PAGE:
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It’s all about the Fed meeting today. The Fed is about to attempt to untie the Gordian knot of inflation with a sledgehammer. Fed funds futures indicate 95% of 125bps of hikes over the next two meetings, so we are likely to see 75bps at either May or June meetings if the market has read the Fed correctly…incredible pricing really that underlines just how far the Fed has pivoted in the last couple of months. Consensus for today is very much for 50bps, priced at 100% likelihood, with a 91% chance of 75bps coming in June.

Overall market pricing indicates 10 25bps of hikes this year and today’s interest lies not in whether it’s 75 or 50, but what the likely path is for the rest of the year. I think the Fed will reiterate that the only thing it is looking at right now is getting inflation back under control and Powell will in all likelihood leave 75bps-100bps type moves on the table, though the consensus remains for 50bps at this meeting. The risk is very much skewed to the upside and 75bps is entirely plausible. To give you an idea of just how much ground the Fed needs to make up, the Taylor rule would put fed funds rates at more than 10%. This, I think, means we see the Fed act swiftly and front-load the hiking over this summer: the mantra is to go hard and fast. Meanwhile the terminal rate now seen around 3%, about 70bps higher than before and the Fed is seen reaching this earlier than previously thought. Market participants anticipate the Fed to commit to an aggressive balance sheet run-off, too.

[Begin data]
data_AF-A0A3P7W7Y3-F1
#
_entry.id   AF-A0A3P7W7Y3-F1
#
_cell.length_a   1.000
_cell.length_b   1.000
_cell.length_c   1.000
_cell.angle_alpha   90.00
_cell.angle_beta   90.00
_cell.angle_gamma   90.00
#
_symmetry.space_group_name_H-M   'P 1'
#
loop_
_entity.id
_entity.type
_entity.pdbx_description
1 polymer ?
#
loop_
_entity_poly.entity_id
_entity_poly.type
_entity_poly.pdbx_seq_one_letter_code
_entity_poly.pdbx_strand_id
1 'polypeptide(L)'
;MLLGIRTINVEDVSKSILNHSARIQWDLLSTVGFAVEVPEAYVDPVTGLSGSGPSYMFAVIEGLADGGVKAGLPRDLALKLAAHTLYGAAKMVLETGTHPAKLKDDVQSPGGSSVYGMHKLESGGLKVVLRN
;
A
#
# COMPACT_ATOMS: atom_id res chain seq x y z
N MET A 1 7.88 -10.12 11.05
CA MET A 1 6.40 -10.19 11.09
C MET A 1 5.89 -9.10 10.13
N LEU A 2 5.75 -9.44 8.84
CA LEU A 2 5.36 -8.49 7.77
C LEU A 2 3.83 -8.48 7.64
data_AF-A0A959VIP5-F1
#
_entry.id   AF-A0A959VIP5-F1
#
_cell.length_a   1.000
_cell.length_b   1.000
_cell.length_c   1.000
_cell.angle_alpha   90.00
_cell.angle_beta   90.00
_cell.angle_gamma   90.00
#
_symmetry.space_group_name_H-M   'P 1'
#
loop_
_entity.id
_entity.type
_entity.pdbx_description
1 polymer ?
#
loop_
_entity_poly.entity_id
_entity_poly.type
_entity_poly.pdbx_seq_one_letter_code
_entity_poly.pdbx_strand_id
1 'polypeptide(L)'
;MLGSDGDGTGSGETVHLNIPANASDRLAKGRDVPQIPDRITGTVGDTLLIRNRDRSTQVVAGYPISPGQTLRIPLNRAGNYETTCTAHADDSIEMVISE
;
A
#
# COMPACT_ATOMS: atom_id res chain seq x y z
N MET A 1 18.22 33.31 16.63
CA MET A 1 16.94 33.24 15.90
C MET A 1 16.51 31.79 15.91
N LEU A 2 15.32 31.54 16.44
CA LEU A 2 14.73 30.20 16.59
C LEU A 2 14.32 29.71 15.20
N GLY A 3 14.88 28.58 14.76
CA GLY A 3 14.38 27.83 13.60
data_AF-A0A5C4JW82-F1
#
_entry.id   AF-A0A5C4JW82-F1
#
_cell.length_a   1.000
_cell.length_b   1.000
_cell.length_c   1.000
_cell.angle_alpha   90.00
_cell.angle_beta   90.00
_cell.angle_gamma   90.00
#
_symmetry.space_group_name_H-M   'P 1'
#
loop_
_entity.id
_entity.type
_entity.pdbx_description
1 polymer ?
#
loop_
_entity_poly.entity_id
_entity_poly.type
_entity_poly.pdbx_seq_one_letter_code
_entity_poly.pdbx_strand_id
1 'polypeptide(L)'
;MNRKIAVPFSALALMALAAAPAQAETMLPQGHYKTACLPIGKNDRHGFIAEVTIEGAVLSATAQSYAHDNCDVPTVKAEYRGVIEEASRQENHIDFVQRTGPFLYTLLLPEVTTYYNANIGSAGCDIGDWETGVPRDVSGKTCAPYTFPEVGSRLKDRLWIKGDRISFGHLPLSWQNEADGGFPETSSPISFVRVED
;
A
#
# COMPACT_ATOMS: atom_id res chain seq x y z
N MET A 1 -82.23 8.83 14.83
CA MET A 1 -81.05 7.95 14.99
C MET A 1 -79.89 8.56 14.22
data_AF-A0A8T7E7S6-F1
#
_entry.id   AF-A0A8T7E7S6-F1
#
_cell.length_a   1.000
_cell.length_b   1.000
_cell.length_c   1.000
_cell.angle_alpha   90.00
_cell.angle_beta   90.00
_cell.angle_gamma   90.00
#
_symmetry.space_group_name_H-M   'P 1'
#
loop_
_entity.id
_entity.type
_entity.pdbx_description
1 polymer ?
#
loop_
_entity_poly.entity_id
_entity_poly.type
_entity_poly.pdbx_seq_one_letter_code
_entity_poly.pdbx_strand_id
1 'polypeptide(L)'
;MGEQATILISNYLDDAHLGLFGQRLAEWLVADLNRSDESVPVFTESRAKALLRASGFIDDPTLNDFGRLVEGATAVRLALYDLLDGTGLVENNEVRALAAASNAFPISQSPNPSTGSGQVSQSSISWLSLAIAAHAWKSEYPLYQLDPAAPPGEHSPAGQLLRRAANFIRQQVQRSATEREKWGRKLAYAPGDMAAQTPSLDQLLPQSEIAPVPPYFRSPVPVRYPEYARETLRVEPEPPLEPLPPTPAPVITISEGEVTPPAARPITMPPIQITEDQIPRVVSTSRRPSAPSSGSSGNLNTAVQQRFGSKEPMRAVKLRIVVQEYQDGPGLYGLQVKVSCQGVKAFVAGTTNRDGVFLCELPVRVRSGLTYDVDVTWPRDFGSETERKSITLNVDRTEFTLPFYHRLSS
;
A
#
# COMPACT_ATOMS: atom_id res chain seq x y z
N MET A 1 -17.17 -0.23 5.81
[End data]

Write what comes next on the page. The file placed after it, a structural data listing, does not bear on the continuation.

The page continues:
Anyway, if the market has priced this, is there room to rally? Paul Tudor Jones yesterday made the case that this is a ‘70s environment and it’s a horrible time to be investing in stocks or bonds…. “You can’t think of a worse environment than where we are right now for financial assets,” he said Tuesday on CNBC. “Clearly you don’t want to own bonds and stocks.” BofA last week said much the same: “.. good news on EPS, war, China COVID, Fed finally hiking properly can aid sentiment near-term, but… still think 1973/74 analogy worthy, inflation means Fed must tighten until it breaks the economy or the market; until it does asset prices must reset lower.” After the Q1 contraction in the US economy, we’re already looking as to what Q2 might look like. Atlanta Fed calls for +1.9%, which is low enough to suggest a recession is on the cards since the GDPNow data is always some way out. The initial estimate of first-quarter real GDP growth released by the US Bureau of Economic Analysis on April 28th was -1.4 percent, 1.8 percentage points below the final GDPNow model nowcast released on April 27th. Jolts all-time high yesterday at 11.5m….factory orders up big…suggests employers can continue to raise wages.

Stock markets in Europe were broadly lower in early trade on Wednesday after Wall Street notched its second straight day of gains. The Hang Seng fell 1.5% overnight as sentiment around tech stocks was hit by news Didi is being investigated by the SEC over its $4.4bn US IPO. Meanwhile US 10 year rates were back under 3%, gold holds the break under $1877 but is off its lows this morning.